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The Unitarian Church in Springfield Il. has invested in itself and its environment. I must add frustration here, as an accumulator type journalist, because I had the article in my hands. It did a great job of describing what they have done. I could not find so I had to use two sources that do it justice, but not as good as the first article. I am sorry.

http://www.aluuc.org/togetherweshare/wp-content/uploads/ALUUC-Newsletter-March-2017-web.pdf

Page
8
Green Sanctuary News
Notes from the ALUUC Prairie
The Green Sanctuary Committee burned the ALUUC prairie the
first Sunday in February. What a blaze! Flames over 5 feet tall
for
maybe 10 minutes. These burns have to be conducted with care using
equipment and training that have been developed over years of experi-
ence with prairie burning.
So why burn? Before Europeans arrived in the U.S., native people
routinely burned the prairies to stimulate growth of new plants for game
and to make hunting easier. Lightning also set prairies ablaze. Over thou-
sands of years, prairie plants adapted to these fires
sending roots deep
into the earth to protect against both drought and fires. Fires can kill less
adapted plants such as cool season grasses and some shrubby plants that
can take over the prairie. So we burn for the same reason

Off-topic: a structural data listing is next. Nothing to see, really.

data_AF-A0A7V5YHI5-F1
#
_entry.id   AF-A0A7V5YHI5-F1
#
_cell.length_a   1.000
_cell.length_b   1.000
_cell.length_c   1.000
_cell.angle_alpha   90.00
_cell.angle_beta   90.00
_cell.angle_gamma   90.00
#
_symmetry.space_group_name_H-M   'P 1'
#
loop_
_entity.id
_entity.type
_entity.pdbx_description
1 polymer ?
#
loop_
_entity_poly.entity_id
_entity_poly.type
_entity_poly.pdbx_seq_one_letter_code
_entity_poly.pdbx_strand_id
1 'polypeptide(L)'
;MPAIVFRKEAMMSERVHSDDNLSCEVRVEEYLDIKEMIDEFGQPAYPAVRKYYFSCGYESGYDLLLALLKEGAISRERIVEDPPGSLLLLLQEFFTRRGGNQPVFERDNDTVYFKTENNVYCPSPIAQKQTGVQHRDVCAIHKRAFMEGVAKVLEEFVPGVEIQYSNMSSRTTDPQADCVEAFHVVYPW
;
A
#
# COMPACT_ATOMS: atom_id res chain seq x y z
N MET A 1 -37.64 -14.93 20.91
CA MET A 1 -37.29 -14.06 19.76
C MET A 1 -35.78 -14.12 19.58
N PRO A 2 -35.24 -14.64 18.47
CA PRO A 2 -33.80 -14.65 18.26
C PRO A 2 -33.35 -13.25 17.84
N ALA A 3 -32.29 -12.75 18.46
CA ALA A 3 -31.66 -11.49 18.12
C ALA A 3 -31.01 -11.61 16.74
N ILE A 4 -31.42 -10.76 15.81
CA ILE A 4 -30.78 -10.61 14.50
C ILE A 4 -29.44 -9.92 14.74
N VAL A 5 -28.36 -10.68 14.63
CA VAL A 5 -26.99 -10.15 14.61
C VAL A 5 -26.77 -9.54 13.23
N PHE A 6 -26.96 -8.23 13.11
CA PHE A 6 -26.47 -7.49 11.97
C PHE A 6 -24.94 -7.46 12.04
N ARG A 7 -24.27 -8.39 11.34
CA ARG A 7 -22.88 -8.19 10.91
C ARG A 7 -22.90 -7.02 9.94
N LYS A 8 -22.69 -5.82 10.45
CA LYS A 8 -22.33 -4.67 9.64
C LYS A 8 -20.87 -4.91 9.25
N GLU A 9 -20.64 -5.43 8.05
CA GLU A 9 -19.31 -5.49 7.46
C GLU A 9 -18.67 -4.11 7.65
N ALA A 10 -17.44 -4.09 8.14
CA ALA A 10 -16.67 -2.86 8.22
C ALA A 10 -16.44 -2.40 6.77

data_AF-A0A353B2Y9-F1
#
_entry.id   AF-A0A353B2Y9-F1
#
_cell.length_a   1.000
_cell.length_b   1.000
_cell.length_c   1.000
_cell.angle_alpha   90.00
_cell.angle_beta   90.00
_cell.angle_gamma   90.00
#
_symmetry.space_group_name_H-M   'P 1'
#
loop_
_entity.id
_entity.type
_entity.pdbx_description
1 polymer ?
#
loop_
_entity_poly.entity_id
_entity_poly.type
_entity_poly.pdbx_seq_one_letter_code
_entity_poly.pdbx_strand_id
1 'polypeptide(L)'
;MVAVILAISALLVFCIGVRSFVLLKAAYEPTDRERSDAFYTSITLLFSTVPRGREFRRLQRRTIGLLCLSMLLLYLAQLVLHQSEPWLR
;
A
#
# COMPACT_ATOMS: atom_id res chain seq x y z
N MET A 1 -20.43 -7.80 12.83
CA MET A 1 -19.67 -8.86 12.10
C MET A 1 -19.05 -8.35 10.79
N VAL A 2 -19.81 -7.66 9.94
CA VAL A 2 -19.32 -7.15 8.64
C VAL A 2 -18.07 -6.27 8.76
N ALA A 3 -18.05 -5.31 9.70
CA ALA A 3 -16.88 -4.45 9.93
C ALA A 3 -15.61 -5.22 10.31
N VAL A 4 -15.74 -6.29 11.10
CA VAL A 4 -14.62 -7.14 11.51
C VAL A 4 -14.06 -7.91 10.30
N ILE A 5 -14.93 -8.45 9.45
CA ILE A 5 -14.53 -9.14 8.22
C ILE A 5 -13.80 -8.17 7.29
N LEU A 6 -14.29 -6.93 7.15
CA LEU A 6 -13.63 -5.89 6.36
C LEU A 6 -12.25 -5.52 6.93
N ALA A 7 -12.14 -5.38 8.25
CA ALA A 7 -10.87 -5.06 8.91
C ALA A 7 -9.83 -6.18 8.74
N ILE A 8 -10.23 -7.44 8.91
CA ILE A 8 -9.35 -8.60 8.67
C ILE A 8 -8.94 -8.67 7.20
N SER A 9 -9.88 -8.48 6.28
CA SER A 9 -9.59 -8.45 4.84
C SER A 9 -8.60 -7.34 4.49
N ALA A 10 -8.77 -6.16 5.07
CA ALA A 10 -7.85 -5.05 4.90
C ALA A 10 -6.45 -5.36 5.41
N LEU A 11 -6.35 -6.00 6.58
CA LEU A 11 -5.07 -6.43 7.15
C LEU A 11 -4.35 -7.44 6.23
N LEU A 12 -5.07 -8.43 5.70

to rid the area of last year’s growth, stimu-
late new growth and rid the prairie of undesirable plants such as cool season grasses.
A common concern is that burning releases carbon
into the air adding to global warming. True, burning
does release carbon into the air
but this carbon is
“new” carbon that has been circulating in the air in the
last few years
not “old” carbon sequestered millions of
years ago in the coal and oil we now burn. Because of
their deep roots, prairie plants sequester more carbon in
their roots than released in a burn, even in prairies
burned every year. So in balance, prairie plants are a
carbon sink. (Chris Helzer, Nature Conservancy’s Direc-
tor of Science in Nebraska).
-trip-part-3-questions-about-frequent-prairie-burning/

http://www.sj-r.com/news/20160925/16-springfield-sites-part-of-saturdays-illinois-solar-tour

Springfield resident Bob Croteau has been involved in local solar projects since 1989 and played a major role in three of the local sites on the tour.

The Abraham Lincoln Unitarian Universalist Congregation held fundraisers and used members from the church who are contractors to purchase and install their solar array. It has been operational since early 2015, features a web-based remote monitoring system, and “faces southeast, toward the morning sun, so solar electricity is running the lights and sound during the morning services,” said Croteau, who spearheaded the effort.